The “Phuket Lockdown” was extended through a handful of orders dated as issued on Wednesday (Apr 15), and marked as in effect from Wednesday, but were only publicly posted after 8:30pm last night. (See here.)
The only explanation given for extending the lockdown was to prevent the spread of the COVID-19 coronavirus.
However, in its summary of the orders, the Phuket office of the Public Relations Department noted: “All orders of Phuket Province shall end on 30 April 2020”.
The orders made special note that the health regulations in force to help prevent the spread of COVID-19 also apply to all boats, and that all boats except commercial fishing boats, traditional fishing boats, rescue boats, nursing vessels and government vessels are prohibited from the harbor and coast within Phuket.
For those boats that are allowed to put to sea, the orders noted, “When leaving the port or coast at any place, notification must be made to enter the port or coast at the place of departure and the operators and the owners of the boats are to be strict in [enforcing] the epidemic prevention measures.”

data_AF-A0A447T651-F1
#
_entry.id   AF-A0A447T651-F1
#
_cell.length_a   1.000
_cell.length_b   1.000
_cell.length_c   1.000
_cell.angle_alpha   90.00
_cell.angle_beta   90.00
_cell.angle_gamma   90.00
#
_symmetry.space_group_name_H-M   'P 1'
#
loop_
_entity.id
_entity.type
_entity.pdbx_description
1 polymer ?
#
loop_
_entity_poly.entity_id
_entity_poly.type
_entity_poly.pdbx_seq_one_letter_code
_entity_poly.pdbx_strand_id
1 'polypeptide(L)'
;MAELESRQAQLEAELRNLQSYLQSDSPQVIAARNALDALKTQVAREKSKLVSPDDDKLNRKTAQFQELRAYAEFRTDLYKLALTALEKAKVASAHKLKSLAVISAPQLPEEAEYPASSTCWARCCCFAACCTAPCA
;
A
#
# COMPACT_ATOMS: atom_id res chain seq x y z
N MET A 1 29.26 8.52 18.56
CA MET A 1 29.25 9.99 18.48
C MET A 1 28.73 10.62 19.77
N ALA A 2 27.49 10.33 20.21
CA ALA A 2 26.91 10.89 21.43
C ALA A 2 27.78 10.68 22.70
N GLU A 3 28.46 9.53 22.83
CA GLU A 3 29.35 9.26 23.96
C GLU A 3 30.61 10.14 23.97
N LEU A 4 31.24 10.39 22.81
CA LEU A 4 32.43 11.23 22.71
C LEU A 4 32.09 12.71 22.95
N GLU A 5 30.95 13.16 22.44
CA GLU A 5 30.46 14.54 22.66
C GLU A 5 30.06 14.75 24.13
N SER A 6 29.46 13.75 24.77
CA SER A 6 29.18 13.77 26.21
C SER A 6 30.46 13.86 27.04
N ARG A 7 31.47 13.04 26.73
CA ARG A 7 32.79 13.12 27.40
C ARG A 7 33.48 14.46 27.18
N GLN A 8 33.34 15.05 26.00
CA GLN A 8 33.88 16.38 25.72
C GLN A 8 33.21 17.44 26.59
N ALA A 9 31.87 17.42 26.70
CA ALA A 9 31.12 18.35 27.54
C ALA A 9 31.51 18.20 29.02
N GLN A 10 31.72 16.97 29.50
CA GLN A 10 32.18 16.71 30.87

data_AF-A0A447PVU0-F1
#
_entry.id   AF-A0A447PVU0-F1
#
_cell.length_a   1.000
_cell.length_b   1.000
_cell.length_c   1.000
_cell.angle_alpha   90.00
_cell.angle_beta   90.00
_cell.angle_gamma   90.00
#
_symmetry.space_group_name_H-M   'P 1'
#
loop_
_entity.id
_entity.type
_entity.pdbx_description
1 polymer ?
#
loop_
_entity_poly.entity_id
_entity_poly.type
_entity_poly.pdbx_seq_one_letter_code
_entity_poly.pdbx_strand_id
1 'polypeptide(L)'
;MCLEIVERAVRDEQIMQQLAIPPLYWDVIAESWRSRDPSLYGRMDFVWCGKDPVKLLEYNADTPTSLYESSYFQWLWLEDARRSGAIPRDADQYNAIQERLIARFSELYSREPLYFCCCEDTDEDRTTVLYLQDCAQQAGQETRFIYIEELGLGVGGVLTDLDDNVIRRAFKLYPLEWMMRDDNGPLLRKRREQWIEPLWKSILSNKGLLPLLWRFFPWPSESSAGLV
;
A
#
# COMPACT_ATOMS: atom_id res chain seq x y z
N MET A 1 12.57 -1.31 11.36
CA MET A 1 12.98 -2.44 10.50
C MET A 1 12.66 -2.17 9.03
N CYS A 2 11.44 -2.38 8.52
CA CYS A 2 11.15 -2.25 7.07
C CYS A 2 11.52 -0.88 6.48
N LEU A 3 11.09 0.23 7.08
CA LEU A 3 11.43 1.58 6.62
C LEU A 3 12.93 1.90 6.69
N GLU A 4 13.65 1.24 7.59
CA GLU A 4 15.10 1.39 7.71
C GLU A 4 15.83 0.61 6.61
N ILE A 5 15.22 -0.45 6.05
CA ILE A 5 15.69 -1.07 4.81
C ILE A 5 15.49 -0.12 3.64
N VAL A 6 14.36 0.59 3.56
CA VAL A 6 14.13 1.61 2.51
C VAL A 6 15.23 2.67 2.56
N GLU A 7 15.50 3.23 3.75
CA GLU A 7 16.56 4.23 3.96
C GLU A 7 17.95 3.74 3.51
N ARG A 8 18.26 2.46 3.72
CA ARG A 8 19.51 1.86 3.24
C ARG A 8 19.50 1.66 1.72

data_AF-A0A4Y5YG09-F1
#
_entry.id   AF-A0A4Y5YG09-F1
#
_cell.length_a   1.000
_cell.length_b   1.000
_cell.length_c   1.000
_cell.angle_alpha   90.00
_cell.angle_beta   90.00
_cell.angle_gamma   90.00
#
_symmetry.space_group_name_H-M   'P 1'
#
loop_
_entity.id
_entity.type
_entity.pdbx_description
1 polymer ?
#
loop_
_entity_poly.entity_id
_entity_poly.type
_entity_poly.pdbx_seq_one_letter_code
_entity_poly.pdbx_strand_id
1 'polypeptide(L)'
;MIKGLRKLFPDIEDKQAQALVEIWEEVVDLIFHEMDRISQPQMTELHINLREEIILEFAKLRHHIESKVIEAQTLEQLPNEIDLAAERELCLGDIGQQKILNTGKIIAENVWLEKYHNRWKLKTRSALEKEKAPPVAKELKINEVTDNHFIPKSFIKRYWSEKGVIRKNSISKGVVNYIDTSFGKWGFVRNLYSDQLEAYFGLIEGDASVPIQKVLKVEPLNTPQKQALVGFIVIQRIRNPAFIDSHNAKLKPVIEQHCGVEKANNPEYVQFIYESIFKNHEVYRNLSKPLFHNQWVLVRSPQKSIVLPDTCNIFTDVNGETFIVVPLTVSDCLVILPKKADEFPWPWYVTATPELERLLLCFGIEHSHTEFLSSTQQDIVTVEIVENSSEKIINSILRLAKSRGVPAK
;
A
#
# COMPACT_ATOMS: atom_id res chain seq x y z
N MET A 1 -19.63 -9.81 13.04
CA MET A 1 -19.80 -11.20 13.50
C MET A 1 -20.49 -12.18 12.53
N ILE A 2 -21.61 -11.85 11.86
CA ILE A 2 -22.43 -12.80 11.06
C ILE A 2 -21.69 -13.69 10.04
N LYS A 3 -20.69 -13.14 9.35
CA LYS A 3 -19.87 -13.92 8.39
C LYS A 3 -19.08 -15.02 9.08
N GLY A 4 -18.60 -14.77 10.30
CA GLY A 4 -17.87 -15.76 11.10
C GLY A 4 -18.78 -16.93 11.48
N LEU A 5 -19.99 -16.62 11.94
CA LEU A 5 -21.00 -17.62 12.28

“All the boat officials must wear face masks and maintain a space of not less than 1.5 metres [from other people] and [must] strictly follow the procedures Measures of the Ministry of Public Health and Communicable Disease Committees.”
The special reminder for boat captains and crews, which only repeat the health regulations for everyone initially laid down weeks ago, came as Vice Admiral Cherngchai Chomcherngpat of the Royal Thai Navy Third Area Command yesterday (Apr 17) announced that Phuket’s fishing fleet was free from any COVID-19 infection as he led inspections of fishing crews as part of the efforts to help prevent the spread of virus. (See story here.)
However, as the orders are dated as issued Wednesday, despite being publicly proclaimed only last night, they were technically issued before the Vice Admiral Cherngchai made his claim.
Also given special mention in the latest orders is that all private kindergartens and nurseries must remain closed, and that construction is still allowed to continue, but contractors must only use the construction materials that are already on site. Construction operators are not allowed to move new materials to their worksites.
As is standard, the orders reminded all persons that violating any of the health regulations and restrictions issued under the Emergency Decree would be a breach of Section 52 of the Communicable Disease Act 2015, which can incur a penalty of up to one year in prison or a fine of up to B100,000, or both.
Violating the orders may also be punished under Section 18 of the Emergency Decree, which may incur a penalty of up to two years in prison or a fine of up to B40,000, or both, the orders noted.